In September 2019, Seattle City Council voted to adopt a series of ordinances aimed at protecting hotel employees. These ordinances go into effect on July 1, 2020. The four separate ordinances include a range of rules that limit the square footage a housekeeping attendant can clean, mandate additional wages to cover health insurance costs, provide panic buttons for certain workers, and provide new regulations for retaining workers after a change in ownership.

Under the “Hotel Employees Safety Protections Ordinance” (SMC 14.26), a hotel must provide a panic button to each hotel employee assigned to work in a guest room or to deliver items to a guest room. Each hotel must also place a sign on the back of each guest room door titled “The Law Protects Hotel Housekeepers and Other Employees From Violent Assault and Sexual Assault.” The notice must state that the hotel provides panic buttons to all employees assigned to work in guest rooms, in legible font size of no less than 18-point. In addition, a hotel employer must develop a written policy against violent or harassing conduct by the guests and inform guests of this policy before or at the time of guest check-in. The ordinance further requires a hotel employer to take necessary safeguarding steps when it receives an allegation of violent or harassing conduct towards an employee.

The “Protecting Hotel Employees from Injury Ordinance” (SMC 14.27) limits the workload of hourly employees who clean hotel rooms at “large hotels.” A large hotel is defined as a hotel or motel containing 100 or more guest rooms. Under this ordinance, an employer is prohibited from requiring an employee to clean more than the maximum floor space in a workday that is at least 8 hours. The maximum floor space is defined as 4,500 square feet of guest room floor space. When a hotel employee cleans 10 or more rooms in a workday that is 8 hours or longer, the maximum floor space must then be reduced by 500 square feet for the 10th room cleaning and each cleaning thereafter. If more than one employee performs the room cleaning together, the square footage of the room is divided equally based on the number of employees cleaning the room. If an employee works fewer than 8 hours in a workday, the maximum floor space of 4,500 square feet is prorated according to the actual number of hours the employee spent cleaning rooms. Furthermore, an employee has the right to refuse a request from the hotel to clean more than the maximum floor space, and the employer may not take any adverse action against the employee for doing so. If an employee cleans more than the maximum floor space, the employer must pay the employee at least 3 times the employee’s regular rate of pay for the amount of time during the workday the employee spends cleaning rooms that exceed the maximum floor space.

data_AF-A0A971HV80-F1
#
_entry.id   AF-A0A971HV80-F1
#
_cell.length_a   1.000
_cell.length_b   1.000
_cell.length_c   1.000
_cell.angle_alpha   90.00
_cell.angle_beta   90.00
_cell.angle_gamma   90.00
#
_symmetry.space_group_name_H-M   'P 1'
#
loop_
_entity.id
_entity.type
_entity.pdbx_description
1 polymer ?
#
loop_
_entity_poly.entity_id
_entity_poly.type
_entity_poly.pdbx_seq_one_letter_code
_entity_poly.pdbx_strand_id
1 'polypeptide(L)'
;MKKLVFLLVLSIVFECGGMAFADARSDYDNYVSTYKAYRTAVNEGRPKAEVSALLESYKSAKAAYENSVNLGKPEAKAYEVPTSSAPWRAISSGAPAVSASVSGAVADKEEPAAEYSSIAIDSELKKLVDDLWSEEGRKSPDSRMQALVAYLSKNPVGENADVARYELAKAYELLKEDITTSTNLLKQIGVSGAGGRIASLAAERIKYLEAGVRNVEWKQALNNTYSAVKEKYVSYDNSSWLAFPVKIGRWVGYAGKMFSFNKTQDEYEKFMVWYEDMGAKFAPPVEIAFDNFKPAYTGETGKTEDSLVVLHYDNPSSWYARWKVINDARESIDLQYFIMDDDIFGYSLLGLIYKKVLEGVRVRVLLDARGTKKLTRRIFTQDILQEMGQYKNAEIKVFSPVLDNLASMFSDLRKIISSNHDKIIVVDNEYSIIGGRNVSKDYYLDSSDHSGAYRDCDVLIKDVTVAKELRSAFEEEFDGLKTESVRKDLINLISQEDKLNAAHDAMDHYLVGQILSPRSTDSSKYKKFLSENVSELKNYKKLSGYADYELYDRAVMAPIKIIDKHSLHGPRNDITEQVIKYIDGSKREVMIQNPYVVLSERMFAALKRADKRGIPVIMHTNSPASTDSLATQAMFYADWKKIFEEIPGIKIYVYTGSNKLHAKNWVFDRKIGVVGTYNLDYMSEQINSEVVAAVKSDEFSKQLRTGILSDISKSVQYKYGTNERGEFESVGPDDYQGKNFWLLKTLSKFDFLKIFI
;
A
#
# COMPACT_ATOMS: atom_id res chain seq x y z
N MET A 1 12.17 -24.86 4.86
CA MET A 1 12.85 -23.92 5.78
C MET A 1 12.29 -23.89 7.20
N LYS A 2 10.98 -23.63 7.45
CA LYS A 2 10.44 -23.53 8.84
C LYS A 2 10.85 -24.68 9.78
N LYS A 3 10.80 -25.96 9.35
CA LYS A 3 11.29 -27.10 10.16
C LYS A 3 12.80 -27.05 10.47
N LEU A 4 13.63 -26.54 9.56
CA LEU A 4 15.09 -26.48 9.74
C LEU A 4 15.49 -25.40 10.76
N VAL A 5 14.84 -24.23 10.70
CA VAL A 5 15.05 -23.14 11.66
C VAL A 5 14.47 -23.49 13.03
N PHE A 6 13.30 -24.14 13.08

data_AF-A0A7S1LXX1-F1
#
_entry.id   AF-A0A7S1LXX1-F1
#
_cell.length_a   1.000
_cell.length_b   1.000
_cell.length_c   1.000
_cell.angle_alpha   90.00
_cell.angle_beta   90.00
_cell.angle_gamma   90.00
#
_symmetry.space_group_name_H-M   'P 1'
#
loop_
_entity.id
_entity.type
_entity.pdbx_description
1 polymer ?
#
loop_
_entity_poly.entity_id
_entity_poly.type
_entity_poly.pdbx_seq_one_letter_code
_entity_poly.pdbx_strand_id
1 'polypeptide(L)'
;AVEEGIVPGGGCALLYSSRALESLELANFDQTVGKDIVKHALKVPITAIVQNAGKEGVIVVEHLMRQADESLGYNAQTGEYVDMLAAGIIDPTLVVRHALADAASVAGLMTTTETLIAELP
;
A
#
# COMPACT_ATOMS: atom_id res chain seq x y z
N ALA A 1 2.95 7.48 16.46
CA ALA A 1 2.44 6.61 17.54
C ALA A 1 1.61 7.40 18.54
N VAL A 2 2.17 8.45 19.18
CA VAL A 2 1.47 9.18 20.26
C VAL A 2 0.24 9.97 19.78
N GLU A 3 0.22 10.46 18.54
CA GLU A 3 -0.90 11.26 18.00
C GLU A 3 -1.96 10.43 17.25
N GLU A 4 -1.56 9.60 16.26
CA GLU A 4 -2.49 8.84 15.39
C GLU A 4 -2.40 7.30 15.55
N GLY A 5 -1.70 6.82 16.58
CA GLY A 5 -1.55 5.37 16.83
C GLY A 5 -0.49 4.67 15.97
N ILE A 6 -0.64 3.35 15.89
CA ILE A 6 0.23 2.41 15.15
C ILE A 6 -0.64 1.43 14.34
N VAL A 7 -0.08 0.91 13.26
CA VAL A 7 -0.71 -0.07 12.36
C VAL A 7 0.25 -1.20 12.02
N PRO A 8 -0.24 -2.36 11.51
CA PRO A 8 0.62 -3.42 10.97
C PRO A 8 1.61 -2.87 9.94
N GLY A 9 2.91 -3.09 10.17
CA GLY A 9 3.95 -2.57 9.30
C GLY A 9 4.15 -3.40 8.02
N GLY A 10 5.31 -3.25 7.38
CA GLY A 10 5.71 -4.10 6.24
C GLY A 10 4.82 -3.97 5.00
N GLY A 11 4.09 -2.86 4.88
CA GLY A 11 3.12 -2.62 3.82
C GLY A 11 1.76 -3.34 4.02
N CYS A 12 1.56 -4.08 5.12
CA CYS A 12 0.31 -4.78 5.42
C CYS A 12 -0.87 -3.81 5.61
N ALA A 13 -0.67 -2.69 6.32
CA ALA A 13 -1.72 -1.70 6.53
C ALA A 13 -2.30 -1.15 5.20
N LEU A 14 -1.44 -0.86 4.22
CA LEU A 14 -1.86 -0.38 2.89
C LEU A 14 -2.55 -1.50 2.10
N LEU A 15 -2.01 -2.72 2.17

The “Improving Access to Medical Care for Hotel Employees Ordinance” (SMC 14.28) requires employers to provide certain employees working in hotels with 50 or more employees with increased access to medical care. Employees covered by this ordinance are limited to hourly, non-supervisory employees who work for an average of 80 or more hours per month. Under this ordinance, covered hotel employers must make a monthly payment on behalf of each covered employee as follows and subject to annual adjustments based on the medical inflation rate:

  • $420 per month for an employee with no spouse, domestic partner, or dependents;
  • $714 per month for an employee with only dependents;
  • $840 per month for an employee with only a spouse or domestic partner; and
  • $1,260 per month for an employee with a spouse or domestic partner and one or more dependents.

Lastly, the “Hotel Employees Job Retention Ordinance” (SMC 14.29) requires employers to take specific actions for hourly, non-supervisory employees when a hotel with 60 or more guest rooms faces a change in ownership. When a hotel changes ownership, the ordinance requires the out-going hotel employer to provide a preferential hiring list to the incoming hotel employer within 15 days after the transfer. The out-going hotel must also post written notice of the change in ownership within 5 business days of the execution of the transfer documents. The incoming hotel employer then must keep the notice posted during any closure of the hotel and for 180 days after the hotel is open to the public under its new control. Further, the incoming hotel must maintain the preferential hiring list and hire from this list by seniority within each job classification for 180 days after the hotel is open to the public under the incoming hotel employer.

Seattle hotels should begin preparing now for the changes these ordinances provide for to ensure they are ahead of schedule and compliant come July 1, 2020. For more information or questions, contact your Stokes Wagner attorney.

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